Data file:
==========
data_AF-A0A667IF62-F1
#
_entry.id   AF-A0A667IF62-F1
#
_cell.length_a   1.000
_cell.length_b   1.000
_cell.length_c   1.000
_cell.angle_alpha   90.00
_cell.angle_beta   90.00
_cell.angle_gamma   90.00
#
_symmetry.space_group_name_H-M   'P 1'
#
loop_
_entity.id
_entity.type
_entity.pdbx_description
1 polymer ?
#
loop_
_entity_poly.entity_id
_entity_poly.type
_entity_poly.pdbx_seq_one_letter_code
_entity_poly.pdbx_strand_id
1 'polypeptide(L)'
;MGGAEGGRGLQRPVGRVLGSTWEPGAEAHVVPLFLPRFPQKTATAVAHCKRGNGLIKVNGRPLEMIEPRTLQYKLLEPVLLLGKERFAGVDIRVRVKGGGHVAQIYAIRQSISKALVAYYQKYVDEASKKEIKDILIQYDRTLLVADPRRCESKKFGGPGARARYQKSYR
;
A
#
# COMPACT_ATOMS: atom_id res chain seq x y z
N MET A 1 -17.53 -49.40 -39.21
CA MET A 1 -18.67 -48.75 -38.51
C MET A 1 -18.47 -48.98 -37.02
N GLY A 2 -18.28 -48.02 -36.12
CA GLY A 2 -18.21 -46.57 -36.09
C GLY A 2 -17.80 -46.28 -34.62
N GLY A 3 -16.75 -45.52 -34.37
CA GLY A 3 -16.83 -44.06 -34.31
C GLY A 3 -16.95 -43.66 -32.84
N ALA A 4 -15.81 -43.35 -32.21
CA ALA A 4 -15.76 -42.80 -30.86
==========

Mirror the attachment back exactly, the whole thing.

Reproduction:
data_AF-A0A667IF62-F1
#
_entry.id   AF-A0A667IF62-F1
#
_cell.length_a   1.000
_cell.length_b   1.000
_cell.length_c   1.000
_cell.angle_alpha   90.00
_cell.angle_beta   90.00
_cell.angle_gamma   90.00
#
_symmetry.space_group_name_H-M   'P 1'
#
loop_
_entity.id
_entity.type
_entity.pdbx_description
1 polymer ?
#
loop_
_entity_poly.entity_id
_entity_poly.type
_entity_poly.pdbx_seq_one_letter_code
_entity_poly.pdbx_strand_id
1 'polypeptide(L)'
;MGGAEGGRGLQRPVGRVLGSTWEPGAEAHVVPLFLPRFPQKTATAVAHCKRGNGLIKVNGRPLEMIEPRTLQYKLLEPVLLLGKERFAGVDIRVRVKGGGHVAQIYAIRQSISKALVAYYQKYVDEASKKEIKDILIQYDRTLLVADPRRCESKKFGGPGARARYQKSYR
;
A
#
# COMPACT_ATOMS: atom_id res chain seq x y z
N MET A 1 -17.53 -49.40 -39.21
CA MET A 1 -18.67 -48.75 -38.51
C MET A 1 -18.47 -48.98 -37.02
N GLY A 2 -18.28 -48.02 -36.12
CA GLY A 2 -18.21 -46.57 -36.09
C GLY A 2 -17.80 -46.28 -34.62
N GLY A 3 -16.75 -45.52 -34.37
CA GLY A 3 -16.83 -44.06 -34.31
C GLY A 3 -16.95 -43.66 -32.84
N ALA A 4 -15.81 -43.35 -32.21
CA ALA A 4 -15.76 -42.80 -30.86